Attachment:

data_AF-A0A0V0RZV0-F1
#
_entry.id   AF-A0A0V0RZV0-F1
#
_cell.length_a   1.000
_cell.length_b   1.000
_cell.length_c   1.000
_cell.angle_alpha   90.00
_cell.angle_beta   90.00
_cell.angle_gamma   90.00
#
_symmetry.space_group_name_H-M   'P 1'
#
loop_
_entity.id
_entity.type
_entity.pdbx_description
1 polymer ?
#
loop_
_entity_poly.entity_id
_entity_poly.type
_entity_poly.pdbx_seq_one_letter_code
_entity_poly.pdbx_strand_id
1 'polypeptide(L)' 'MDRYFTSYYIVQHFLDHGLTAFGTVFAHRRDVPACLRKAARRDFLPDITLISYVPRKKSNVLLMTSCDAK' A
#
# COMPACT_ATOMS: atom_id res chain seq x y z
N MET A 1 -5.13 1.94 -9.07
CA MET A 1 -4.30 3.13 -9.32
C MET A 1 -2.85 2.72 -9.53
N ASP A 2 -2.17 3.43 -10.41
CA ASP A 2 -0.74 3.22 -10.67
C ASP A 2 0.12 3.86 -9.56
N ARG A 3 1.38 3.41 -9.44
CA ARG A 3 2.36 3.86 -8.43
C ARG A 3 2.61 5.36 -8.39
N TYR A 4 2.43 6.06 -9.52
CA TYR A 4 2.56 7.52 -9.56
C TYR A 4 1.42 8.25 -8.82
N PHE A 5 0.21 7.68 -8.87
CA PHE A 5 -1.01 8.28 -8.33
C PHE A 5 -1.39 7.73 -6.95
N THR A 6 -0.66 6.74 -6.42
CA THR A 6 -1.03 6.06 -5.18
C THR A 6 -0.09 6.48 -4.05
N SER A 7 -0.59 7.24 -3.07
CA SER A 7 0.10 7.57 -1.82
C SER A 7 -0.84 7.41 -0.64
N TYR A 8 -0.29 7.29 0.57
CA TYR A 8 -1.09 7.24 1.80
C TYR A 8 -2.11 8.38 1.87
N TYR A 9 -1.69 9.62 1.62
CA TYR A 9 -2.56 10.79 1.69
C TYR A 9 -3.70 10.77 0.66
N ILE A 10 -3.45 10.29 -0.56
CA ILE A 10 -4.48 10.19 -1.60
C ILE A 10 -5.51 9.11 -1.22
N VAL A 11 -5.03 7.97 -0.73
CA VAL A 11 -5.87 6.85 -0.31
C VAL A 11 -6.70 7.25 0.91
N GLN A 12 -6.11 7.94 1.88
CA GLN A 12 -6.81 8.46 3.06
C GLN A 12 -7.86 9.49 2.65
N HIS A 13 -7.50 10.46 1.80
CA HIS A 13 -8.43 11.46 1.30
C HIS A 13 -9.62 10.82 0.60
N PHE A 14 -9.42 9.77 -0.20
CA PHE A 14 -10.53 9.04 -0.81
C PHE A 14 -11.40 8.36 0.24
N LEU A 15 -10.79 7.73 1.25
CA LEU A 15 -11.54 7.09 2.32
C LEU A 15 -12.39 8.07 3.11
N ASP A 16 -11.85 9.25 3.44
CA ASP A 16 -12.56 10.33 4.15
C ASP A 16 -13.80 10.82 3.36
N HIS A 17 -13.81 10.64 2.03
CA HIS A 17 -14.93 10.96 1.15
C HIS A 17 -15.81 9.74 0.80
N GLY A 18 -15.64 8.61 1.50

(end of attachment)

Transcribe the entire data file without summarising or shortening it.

data_AF-A0A0V0RZV0-F1
#
_entry.id   AF-A0A0V0RZV0-F1
#
_cell.length_a   1.000
_cell.length_b   1.000
_cell.length_c   1.000
_cell.angle_alpha   90.00
_cell.angle_beta   90.00
_cell.angle_gamma   90.00
#
_symmetry.space_group_name_H-M   'P 1'
#
loop_
_entity.id
_entity.type
_entity.pdbx_description
1 polymer ?
#
loop_
_entity_poly.entity_id
_entity_poly.type
_entity_poly.pdbx_seq_one_letter_code
_entity_poly.pdbx_strand_id
1 'polypeptide(L)' 'MDRYFTSYYIVQHFLDHGLTAFGTVFAHRRDVPACLRKAARRDFLPDITLISYVPRKKSNVLLMTSCDAK' A
#
# COMPACT_ATOMS: atom_id res chain seq x y z
N MET A 1 -5.13 1.94 -9.07
CA MET A 1 -4.30 3.13 -9.32
C MET A 1 -2.85 2.72 -9.53
N ASP A 2 -2.17 3.43 -10.41
CA ASP A 2 -0.74 3.22 -10.67
C ASP A 2 0.12 3.86 -9.56
N ARG A 3 1.38 3.41 -9.44
CA ARG A 3 2.36 3.86 -8.43
C ARG A 3 2.61 5.36 -8.39
N TYR A 4 2.43 6.06 -9.52
CA TYR A 4 2.56 7.52 -9.56
C TYR A 4 1.42 8.25 -8.82
N PHE A 5 0.21 7.68 -8.87
CA PHE A 5 -1.01 8.28 -8.33
C PHE A 5 -1.39 7.73 -6.95
N THR A 6 -0.66 6.74 -6.42
CA THR A 6 -1.03 6.06 -5.18
C THR A 6 -0.09 6.48 -4.05
N SER A 7 -0.59 7.24 -3.07
CA SER A 7 0.10 7.57 -1.82
C SER A 7 -0.84 7.41 -0.64
N TYR A 8 -0.29 7.29 0.57
CA TYR A 8 -1.09 7.24 1.80
C TYR A 8 -2.11 8.38 1.87
N TYR A 9 -1.69 9.62 1.62
CA TYR A 9 -2.56 10.79 1.69
C TYR A 9 -3.70 10.77 0.66
N ILE A 10 -3.45 10.29 -0.56
CA ILE A 10 -4.48 10.19 -1.60
C ILE A 10 -5.51 9.11 -1.22
N VAL A 11 -5.03 7.97 -0.73
CA VAL A 11 -5.87 6.85 -0.31
C VAL A 11 -6.70 7.25 0.91
N GLN A 12 -6.11 7.94 1.88
CA GLN A 12 -6.81 8.46 3.06
C GLN A 12 -7.86 9.49 2.65
N HIS A 13 -7.50 10.46 1.80
CA HIS A 13 -8.43 11.46 1.30
C HIS A 13 -9.62 10.82 0.60
N PHE A 14 -9.42 9.77 -0.20
CA PHE A 14 -10.53 9.04 -0.81
C PHE A 14 -11.40 8.36 0.24
N LEU A 15 -10.79 7.73 1.25
CA LEU A 15 -11.54 7.09 2.32
C LEU A 15 -12.39 8.07 3.11
N ASP A 16 -11.85 9.25 3.44
CA ASP A 16 -12.56 10.33 4.15
C ASP A 16 -13.80 10.82 3.36
N HIS A 17 -13.81 10.64 2.03
CA HIS A 17 -14.93 10.96 1.15
C HIS A 17 -15.81 9.74 0.80
N GLY A 18 -15.64 8.61 1.50